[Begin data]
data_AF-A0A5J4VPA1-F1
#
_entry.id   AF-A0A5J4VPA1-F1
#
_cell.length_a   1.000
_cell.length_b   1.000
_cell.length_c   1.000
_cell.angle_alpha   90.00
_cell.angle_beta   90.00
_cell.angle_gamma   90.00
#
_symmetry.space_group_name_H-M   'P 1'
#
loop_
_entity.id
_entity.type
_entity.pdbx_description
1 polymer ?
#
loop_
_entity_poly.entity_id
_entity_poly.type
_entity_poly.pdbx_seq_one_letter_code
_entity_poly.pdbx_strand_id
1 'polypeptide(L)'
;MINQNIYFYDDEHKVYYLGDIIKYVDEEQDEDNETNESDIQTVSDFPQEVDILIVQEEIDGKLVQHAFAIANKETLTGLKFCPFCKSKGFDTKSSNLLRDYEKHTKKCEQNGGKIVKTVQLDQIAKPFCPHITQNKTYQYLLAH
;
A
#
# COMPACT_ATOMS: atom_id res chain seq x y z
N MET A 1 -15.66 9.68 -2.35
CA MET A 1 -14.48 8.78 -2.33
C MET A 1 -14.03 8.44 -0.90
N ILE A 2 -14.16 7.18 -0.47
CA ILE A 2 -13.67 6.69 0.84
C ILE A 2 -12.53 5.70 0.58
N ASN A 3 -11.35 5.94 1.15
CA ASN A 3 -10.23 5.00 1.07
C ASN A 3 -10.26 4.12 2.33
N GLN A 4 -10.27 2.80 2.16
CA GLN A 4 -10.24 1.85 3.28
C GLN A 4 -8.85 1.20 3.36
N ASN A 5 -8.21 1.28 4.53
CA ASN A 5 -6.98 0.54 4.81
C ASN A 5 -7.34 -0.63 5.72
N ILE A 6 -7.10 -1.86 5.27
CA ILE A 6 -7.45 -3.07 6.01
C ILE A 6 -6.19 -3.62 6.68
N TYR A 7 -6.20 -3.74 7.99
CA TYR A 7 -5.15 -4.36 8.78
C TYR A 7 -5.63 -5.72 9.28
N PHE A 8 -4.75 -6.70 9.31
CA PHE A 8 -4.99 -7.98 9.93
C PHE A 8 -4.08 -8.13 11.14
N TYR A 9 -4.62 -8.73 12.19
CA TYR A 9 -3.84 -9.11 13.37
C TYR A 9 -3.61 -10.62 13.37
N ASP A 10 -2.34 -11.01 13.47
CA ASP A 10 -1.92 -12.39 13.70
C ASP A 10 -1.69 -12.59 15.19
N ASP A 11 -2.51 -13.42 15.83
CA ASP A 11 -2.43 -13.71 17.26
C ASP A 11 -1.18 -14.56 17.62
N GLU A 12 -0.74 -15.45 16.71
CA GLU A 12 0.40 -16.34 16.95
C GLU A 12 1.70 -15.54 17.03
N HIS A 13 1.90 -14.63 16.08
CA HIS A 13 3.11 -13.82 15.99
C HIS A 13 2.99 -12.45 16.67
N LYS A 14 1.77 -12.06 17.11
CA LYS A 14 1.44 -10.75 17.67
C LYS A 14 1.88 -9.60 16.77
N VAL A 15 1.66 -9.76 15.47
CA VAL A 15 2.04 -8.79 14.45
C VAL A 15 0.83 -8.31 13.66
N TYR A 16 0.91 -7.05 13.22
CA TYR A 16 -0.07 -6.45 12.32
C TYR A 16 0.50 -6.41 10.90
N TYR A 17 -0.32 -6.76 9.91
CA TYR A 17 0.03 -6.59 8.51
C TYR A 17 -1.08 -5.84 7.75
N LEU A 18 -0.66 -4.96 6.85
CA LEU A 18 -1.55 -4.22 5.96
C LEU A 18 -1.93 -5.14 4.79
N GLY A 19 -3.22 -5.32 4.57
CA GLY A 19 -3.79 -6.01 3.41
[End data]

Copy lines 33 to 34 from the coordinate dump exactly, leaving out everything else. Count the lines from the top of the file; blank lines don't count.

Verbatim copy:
C MET A 1 -14.03 8.44 -0.90
N ILE A 2 -14.16 7.18 -0.47